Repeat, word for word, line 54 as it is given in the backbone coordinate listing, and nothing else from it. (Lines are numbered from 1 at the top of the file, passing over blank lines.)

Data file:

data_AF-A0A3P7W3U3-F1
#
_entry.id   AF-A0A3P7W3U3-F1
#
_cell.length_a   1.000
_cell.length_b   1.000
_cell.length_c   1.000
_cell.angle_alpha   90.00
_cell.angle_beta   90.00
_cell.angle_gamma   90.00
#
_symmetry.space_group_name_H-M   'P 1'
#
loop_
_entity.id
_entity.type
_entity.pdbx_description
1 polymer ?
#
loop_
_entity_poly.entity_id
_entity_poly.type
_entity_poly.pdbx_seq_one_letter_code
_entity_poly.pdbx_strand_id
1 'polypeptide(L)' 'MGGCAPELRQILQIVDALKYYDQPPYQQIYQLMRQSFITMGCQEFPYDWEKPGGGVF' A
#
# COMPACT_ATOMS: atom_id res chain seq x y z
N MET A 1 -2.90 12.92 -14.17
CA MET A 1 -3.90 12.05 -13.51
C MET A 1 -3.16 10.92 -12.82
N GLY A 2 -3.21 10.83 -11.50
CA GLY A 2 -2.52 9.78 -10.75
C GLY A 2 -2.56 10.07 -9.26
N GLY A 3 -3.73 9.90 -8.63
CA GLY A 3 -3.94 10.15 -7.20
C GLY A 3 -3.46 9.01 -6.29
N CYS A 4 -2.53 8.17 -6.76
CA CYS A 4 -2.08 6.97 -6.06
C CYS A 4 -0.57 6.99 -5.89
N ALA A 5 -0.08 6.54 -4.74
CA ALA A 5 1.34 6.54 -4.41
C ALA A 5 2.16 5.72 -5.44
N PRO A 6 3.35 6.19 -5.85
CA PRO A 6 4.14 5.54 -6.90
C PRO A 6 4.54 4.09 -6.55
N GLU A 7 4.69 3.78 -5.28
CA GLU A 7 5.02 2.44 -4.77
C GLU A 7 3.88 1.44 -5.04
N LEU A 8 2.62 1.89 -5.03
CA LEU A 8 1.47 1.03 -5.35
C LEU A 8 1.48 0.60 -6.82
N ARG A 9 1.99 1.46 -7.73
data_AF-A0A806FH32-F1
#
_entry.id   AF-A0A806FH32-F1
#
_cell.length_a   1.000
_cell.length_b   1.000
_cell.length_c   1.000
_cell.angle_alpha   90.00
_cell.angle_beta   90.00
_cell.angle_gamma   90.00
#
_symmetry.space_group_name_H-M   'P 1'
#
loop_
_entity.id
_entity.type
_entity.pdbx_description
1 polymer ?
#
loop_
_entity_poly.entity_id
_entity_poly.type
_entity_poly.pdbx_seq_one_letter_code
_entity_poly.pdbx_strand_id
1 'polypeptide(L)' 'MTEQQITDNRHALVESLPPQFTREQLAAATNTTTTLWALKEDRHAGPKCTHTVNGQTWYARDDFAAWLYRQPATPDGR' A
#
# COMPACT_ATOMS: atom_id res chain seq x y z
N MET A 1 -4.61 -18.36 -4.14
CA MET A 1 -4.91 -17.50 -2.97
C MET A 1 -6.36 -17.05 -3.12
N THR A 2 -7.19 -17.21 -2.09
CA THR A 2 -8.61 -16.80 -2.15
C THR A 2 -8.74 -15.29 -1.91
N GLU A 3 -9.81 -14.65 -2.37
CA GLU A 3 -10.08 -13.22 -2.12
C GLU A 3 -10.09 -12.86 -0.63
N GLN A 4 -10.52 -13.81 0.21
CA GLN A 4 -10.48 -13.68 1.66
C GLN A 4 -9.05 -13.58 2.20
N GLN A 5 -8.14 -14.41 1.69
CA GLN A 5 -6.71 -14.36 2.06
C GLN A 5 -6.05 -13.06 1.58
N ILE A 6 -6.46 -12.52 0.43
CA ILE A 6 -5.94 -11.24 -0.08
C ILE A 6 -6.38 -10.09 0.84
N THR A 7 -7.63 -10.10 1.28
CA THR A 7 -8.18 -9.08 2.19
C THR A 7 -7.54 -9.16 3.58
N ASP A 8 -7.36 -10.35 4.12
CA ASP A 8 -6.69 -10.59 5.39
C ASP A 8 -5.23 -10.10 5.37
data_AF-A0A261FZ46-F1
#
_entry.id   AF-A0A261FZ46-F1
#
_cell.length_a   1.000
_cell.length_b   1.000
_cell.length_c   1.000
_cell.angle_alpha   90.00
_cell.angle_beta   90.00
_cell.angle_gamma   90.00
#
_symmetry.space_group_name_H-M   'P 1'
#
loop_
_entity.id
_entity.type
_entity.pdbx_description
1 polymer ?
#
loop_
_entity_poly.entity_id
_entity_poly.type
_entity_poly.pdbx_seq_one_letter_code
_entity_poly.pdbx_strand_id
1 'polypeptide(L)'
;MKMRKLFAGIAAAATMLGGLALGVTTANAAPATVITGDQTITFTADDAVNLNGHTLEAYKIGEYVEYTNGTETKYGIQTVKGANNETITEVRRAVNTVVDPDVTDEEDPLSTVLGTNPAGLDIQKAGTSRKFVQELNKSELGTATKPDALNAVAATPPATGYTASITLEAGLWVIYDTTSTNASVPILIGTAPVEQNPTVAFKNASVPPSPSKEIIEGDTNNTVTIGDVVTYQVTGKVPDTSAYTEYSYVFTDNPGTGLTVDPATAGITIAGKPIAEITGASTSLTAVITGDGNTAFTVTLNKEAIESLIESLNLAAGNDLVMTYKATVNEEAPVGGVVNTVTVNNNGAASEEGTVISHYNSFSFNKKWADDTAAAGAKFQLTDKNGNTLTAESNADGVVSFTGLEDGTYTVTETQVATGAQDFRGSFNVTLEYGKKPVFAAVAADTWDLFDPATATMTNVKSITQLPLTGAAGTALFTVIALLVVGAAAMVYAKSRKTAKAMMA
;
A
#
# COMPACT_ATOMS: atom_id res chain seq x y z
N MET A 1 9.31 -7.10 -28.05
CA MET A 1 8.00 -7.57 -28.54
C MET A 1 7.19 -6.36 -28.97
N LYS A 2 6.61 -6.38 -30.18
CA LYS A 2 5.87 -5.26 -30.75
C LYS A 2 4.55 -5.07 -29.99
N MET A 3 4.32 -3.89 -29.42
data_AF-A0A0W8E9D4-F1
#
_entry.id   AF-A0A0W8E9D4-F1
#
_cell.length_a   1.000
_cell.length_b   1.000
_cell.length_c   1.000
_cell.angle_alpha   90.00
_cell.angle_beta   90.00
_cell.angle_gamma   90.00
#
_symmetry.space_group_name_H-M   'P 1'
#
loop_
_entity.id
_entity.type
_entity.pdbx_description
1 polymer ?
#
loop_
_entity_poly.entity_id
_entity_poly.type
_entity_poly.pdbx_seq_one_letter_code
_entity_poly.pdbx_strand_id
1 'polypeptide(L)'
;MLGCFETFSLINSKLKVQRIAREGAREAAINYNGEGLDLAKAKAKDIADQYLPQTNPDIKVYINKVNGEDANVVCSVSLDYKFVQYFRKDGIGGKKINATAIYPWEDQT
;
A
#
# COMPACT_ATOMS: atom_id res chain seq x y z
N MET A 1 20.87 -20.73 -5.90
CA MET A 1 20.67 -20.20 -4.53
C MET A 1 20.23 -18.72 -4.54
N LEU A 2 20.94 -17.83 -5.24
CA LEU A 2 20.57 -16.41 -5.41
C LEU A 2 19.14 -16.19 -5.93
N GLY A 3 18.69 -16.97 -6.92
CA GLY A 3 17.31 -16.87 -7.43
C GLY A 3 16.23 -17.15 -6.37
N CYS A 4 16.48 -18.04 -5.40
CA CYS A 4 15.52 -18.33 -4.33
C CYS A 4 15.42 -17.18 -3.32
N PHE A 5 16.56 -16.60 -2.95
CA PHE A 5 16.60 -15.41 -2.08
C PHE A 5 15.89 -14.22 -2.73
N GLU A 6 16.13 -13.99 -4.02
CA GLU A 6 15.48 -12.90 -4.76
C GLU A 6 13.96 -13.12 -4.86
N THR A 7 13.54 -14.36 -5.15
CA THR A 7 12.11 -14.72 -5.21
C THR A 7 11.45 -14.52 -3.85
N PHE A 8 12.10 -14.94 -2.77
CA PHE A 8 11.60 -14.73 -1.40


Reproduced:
#